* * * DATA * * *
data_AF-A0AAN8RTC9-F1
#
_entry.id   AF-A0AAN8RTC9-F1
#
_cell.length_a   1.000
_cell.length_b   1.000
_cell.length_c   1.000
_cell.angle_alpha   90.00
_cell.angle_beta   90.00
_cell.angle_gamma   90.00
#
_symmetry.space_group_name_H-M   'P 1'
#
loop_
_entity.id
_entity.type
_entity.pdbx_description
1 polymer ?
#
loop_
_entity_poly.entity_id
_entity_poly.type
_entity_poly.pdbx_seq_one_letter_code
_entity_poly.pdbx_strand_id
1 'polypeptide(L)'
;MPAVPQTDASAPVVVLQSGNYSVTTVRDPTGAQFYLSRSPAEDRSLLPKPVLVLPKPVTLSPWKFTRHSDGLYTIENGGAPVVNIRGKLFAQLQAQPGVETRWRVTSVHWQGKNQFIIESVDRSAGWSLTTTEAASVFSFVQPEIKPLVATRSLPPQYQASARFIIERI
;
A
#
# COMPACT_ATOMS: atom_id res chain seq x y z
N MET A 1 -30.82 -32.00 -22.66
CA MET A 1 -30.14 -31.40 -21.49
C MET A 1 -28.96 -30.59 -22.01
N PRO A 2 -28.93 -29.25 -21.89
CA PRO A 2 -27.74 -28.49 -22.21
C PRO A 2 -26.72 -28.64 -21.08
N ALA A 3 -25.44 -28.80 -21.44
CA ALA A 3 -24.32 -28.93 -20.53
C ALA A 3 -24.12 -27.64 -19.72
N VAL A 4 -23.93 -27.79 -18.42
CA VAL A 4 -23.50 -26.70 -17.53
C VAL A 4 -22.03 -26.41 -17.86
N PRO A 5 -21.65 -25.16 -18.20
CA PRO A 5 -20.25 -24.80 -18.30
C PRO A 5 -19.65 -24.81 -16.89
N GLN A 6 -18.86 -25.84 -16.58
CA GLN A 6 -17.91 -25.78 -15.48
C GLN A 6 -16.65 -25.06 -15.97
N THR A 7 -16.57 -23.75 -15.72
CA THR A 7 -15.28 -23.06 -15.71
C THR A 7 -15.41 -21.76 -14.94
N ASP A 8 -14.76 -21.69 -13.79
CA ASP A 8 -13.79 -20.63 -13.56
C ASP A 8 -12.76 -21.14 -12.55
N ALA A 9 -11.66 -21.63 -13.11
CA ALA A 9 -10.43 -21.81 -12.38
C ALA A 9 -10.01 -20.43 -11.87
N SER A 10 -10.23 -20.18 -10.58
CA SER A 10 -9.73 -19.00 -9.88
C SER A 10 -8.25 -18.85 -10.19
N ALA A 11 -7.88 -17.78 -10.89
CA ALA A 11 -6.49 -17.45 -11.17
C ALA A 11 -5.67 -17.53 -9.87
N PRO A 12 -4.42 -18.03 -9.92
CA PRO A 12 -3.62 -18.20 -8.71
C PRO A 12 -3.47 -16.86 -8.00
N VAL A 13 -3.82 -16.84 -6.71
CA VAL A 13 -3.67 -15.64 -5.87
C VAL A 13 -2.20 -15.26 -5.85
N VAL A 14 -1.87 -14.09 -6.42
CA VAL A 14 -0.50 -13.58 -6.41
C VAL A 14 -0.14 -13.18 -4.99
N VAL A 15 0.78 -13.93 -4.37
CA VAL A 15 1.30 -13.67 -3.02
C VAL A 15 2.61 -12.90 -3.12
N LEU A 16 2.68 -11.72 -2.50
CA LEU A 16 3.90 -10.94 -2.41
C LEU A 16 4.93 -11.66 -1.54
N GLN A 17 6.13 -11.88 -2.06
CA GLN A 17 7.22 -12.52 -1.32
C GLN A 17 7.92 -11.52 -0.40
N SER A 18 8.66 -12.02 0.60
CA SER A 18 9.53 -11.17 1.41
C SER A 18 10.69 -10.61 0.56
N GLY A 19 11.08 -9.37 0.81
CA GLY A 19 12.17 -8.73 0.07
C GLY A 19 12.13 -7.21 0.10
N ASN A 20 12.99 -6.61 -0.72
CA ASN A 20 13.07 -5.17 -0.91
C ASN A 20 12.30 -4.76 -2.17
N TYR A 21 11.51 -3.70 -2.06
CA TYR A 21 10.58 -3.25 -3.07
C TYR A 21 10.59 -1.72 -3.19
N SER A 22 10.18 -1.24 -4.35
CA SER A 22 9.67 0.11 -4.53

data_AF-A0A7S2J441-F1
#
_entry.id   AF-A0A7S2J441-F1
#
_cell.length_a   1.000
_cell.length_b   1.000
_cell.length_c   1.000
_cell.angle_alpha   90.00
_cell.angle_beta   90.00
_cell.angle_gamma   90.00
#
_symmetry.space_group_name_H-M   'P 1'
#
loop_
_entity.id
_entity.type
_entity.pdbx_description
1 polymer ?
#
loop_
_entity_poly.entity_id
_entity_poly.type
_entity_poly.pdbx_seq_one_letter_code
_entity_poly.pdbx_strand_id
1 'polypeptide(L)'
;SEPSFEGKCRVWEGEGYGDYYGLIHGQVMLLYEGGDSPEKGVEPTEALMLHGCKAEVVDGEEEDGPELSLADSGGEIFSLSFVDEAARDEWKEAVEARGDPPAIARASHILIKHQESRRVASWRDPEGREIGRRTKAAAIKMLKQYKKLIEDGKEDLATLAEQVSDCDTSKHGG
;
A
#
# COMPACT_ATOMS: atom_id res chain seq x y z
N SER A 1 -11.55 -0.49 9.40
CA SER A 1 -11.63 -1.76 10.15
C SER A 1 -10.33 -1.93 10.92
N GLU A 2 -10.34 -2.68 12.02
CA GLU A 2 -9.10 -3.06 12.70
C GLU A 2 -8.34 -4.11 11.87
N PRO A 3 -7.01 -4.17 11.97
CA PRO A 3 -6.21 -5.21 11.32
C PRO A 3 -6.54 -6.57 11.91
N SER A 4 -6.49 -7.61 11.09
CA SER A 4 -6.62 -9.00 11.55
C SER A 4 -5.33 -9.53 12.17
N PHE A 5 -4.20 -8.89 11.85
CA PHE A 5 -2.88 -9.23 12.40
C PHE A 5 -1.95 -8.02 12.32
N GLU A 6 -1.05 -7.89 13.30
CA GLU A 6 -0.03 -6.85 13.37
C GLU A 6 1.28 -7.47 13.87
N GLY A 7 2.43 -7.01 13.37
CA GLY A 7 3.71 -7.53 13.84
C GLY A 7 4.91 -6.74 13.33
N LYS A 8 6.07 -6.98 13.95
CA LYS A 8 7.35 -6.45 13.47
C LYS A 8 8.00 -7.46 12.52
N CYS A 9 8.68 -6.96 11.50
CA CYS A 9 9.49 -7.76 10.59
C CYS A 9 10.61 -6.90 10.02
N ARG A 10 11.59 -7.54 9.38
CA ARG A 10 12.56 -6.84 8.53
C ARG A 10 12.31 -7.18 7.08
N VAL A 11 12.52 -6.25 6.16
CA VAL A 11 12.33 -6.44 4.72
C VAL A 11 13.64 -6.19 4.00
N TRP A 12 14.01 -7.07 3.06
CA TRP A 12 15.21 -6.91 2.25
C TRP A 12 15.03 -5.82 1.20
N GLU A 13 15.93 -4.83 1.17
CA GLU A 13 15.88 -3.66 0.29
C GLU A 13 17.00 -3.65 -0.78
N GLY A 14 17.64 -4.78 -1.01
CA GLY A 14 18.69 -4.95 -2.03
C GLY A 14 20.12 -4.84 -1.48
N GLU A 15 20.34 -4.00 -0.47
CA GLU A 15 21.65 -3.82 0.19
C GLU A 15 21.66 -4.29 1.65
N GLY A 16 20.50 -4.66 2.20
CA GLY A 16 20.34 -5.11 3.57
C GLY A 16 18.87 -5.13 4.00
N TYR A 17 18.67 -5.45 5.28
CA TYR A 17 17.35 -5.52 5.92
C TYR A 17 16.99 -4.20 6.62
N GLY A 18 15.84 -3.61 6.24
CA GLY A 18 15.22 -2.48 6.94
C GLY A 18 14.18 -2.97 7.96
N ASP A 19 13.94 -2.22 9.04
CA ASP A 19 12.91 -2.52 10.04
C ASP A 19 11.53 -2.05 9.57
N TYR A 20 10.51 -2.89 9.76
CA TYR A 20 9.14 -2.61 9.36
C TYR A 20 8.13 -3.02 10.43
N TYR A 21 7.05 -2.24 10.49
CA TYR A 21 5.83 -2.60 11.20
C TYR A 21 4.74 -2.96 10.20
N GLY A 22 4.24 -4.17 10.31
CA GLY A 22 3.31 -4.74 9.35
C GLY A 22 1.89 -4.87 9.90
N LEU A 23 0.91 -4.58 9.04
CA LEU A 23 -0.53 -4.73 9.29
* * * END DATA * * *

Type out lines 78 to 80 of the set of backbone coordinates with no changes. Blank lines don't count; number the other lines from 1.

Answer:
C LEU A 16 4.93 -11.66 -1.54
N GLN A 17 6.13 -11.88 -2.06
CA GLN A 17 7.22 -12.52 -1.32